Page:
Desmond Dekker …In Memoriam 1941-2006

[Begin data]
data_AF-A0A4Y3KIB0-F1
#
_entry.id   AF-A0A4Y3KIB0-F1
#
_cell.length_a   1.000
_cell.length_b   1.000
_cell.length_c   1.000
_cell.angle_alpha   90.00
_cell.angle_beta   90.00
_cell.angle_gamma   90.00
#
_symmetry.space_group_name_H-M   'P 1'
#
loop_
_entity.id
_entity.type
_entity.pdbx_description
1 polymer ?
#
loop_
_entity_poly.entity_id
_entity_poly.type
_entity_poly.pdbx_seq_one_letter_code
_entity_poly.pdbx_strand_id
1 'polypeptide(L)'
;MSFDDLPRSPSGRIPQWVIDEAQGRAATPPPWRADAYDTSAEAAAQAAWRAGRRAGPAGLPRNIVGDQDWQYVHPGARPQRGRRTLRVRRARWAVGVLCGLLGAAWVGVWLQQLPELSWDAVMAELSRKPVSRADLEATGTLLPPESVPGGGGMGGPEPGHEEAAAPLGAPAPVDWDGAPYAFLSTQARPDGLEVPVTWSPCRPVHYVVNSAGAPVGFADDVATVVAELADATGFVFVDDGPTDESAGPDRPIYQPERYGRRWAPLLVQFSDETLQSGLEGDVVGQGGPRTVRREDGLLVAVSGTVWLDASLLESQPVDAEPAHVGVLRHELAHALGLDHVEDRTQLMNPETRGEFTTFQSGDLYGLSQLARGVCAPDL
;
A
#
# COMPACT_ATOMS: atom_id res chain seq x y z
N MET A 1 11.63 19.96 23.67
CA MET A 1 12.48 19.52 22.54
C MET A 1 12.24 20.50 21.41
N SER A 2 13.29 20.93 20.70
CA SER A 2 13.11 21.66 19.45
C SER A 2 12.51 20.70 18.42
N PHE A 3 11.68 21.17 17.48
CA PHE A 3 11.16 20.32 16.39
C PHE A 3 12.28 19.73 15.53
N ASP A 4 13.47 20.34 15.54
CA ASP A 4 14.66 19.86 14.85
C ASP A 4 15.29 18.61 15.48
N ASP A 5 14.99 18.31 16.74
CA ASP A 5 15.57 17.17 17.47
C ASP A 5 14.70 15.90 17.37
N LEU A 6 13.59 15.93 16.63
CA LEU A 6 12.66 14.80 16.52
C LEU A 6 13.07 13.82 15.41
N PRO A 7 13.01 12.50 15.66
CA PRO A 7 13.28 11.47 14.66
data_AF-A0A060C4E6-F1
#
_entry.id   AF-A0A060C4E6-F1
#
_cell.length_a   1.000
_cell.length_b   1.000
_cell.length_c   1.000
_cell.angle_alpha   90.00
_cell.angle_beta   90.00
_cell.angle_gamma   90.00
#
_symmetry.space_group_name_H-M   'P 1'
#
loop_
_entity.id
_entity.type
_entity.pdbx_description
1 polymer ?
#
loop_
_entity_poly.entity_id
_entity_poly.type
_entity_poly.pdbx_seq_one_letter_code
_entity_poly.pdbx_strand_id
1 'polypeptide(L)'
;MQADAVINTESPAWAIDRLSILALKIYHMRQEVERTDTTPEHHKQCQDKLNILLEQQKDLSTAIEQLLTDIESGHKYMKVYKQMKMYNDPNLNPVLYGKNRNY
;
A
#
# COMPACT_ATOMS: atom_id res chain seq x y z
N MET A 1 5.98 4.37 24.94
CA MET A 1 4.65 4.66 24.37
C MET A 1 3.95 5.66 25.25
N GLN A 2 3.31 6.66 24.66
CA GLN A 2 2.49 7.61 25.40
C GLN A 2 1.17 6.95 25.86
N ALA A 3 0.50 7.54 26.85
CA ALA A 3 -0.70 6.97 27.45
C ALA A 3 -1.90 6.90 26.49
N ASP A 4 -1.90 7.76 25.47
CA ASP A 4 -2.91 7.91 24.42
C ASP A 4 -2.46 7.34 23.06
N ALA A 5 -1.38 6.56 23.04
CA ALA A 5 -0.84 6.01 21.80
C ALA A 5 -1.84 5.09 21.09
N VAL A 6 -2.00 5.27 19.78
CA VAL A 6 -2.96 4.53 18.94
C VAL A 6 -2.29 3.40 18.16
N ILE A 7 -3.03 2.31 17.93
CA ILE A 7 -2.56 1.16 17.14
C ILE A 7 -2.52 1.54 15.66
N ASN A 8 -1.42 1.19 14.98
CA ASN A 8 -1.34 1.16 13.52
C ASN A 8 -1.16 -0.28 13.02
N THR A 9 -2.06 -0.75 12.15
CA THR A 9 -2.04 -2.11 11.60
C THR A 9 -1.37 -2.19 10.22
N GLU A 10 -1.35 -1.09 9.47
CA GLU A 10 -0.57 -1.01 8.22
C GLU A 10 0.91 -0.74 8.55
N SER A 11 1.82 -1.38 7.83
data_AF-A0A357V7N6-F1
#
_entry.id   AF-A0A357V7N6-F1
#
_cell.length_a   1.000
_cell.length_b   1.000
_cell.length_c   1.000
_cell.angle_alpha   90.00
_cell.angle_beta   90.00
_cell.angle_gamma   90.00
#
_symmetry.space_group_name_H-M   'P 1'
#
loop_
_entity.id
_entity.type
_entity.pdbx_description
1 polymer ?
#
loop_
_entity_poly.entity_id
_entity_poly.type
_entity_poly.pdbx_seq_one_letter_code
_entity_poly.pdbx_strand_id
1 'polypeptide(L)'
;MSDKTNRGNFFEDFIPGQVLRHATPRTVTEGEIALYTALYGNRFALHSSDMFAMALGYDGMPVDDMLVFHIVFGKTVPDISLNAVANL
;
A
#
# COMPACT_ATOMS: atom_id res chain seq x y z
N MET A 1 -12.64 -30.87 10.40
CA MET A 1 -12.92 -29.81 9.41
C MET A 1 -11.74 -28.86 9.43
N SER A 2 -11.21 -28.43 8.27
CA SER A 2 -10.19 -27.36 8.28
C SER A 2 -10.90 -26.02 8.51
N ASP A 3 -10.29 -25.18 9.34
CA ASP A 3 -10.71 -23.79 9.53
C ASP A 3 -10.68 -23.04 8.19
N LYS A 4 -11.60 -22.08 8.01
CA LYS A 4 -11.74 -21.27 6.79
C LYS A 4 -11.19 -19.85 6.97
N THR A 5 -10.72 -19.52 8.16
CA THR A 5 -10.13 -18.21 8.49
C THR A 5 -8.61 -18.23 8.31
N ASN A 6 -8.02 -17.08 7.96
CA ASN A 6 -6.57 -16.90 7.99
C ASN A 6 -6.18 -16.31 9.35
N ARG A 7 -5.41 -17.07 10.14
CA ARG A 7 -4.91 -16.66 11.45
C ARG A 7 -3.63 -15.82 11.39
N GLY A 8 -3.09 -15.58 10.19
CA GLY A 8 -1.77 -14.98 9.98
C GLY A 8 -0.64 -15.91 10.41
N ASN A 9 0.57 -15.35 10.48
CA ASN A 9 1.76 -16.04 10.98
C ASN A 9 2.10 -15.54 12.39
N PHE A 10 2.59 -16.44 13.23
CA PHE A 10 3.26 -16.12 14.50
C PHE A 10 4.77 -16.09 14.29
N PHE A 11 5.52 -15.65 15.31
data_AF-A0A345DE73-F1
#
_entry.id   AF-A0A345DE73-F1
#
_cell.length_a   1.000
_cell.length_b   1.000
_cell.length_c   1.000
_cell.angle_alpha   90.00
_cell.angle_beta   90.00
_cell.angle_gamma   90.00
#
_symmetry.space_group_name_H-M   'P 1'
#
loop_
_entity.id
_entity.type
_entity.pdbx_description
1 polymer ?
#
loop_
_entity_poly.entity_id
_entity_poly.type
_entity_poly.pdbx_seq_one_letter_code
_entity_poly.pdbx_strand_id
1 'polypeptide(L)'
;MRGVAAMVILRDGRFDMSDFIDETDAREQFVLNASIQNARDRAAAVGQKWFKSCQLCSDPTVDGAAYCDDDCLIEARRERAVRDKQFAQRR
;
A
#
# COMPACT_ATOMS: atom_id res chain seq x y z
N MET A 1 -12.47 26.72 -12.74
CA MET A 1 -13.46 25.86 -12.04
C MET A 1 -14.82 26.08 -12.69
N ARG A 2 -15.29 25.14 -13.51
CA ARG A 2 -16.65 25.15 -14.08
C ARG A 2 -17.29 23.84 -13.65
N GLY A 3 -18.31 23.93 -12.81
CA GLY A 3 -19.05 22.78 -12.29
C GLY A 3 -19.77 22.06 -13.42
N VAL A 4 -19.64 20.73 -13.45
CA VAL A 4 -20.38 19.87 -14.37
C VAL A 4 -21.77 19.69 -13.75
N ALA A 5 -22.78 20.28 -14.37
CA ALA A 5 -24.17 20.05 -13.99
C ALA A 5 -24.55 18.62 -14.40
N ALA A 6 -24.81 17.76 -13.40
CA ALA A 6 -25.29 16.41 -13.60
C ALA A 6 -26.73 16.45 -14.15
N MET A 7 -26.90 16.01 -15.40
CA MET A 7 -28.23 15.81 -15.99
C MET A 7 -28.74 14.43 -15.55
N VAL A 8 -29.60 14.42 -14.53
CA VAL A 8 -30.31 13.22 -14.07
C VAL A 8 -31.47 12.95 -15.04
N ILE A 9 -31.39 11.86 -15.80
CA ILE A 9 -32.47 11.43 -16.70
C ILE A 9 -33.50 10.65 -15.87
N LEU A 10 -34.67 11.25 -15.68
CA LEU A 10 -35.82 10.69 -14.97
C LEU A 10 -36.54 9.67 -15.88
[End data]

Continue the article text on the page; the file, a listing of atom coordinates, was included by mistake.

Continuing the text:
Toots and the Maytals were right: Desmond Dekker came first. While Toots was actually referring to Dekker’s placement in Jamaica’s 1968 Song Festival, the sentiment could easily connote Dekker’s place in the pantheon of internationally recognised Jamaican singers. A hit-maker in his home country since 196, Dekker also took rocksteady international with "007 (Shantytown)” and reggae to the top of the UK charts with "Israelites.” ...In Memoriam is more than just a career overview of one of Jamaica’s most important culture creators — you can pick up numerous greatest hits packages for that. This album was recorded in January 2004 in London with Dekker’s touring band, the Aces, and is an rewarding document of the king of ska himself in the final years of his career. As to be expected, the songs are covers of his earlier glory days and, as such, lack the wide-eyed youthful vigour of the originals. But for true fans …In Memoriam shows a singer that never lost his uniqueness and credibility in an industry full of copycats. How are the songs? A few tracks, like "007” and "Rudie Got Soul,” are slowed down a bit here and, overall, there is a noticeable absence of the heavy reverb and cardboard drum sounds evident on the originals. Plus, in general, the recordings sound technically crisper (since, I’m guessing, these versions used more than four tracks!). Overall Dekker’s voice lacks the lightness of his youth (but is still in fine form) and really, with songs like "Pickney Girl” and "It Mek,” a few years really aren’t going to diminish their impact. Pick up the original versions first but don’t pass this one by just because of its young vintage. It’s still a pedigree. (Secret)